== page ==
• Hint: Your are more likely to have success fishing Mayfly patterns during the secondary hatch in late July to early August than during the peak hatches. During the peak hatches, other food sources are also abundant. In the late summer hatch, many of those other food sources are not readily available to the trout.

Adults:

  • The sub-imagos and the spent adult are important to the fly fisher primarily as a dry fly. Fly patterns for the sub-imago should be tied with the wings upright as if ready to take flight. As a spent adult the fly should be tied as if the insect were dying, with the wings flat to the water. Don't forget to tie in two or three tails on these dry flies. Both types of patterns are effective and the trout will readily feed on each of these stages of the life cycle.
  • Hint: If fishing is slow, and you see some rises in the shallows, and you have seen some Mayflies, and you are willing to catch the smaller fish, try a dry Mayfly pattern (sub-imago) in the shallows. It will often provide some excitement on what could otherwise be a slow day. On occasion, even that larger fish may be taking the dry May.

Nymphs:

  • The nymph of the Mayfly is also an important stage to imitate for the fly fisher. Larger fish are more likely to feed on the nymph than the sub-imago or the spent adult on the surface. The nymph is available most of the season, usually in shallow waters, on or near the bottom. A good nymph pattern presented just at the start of a hatch can produce excellent results for the fly fisher. The best success often comes when the nymph is fished in the evening on the shallow shoals. After a major hatch has commenced, it is a mixture of small to large fish that feed on the nymphs and almost entirely the smaller fish that feed on mayfly sub-imagos or adults. Get in at the beginning of a hatch to get the larger fish.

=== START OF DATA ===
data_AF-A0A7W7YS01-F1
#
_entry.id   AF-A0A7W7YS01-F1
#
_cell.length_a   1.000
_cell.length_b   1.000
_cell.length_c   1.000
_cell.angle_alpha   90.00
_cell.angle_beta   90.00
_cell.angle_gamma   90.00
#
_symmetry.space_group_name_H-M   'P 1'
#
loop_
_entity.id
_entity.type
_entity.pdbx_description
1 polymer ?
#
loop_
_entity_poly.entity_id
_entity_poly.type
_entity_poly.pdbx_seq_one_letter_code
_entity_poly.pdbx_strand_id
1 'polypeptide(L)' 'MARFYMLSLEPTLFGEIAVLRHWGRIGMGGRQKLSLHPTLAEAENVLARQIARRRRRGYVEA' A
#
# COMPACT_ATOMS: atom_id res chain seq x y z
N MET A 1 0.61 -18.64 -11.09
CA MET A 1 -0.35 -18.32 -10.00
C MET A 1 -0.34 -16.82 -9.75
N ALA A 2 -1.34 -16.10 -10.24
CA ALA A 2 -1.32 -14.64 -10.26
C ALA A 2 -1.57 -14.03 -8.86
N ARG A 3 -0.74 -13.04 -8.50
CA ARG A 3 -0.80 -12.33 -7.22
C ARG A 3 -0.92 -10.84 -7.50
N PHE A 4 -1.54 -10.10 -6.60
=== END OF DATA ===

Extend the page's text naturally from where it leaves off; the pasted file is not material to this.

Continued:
Additional Notes:

  • With their susceptibility to pollution, Mayflies are a good indicator species for the health of a lake. Since Mayfly populations are a main food source in most parts of the country and not on our interior lakes, I hope this isn't a statement on the condition of our interior lakes. Time will tell. In the meantime maybe each of us can help prevent any further lake pollution. Please don't use gasoline motors and avoid the use of all motors in shallow waters. Don't pee over the side and avoid introducing anything into the lake but your anchor. Mayflies can become a primary food source for the large trout but it will take some work by all of us.

Recommended Fly Patterns:

  • Larva (Nymph):
    • Tiny Terror
    • Little Green
    • Copper Creek
    • Western Brown
    • Halfback
  • Dun:
    • Tom Thumb
    • Mayfly Dun
    • Blue Dun
    • Green Mayfly
  • Spinner:
    • Mayfly Spinner

Be sure to read other articles by Ron Newman

Study Other Insects | Tip & Techniques | Study Fly Patterns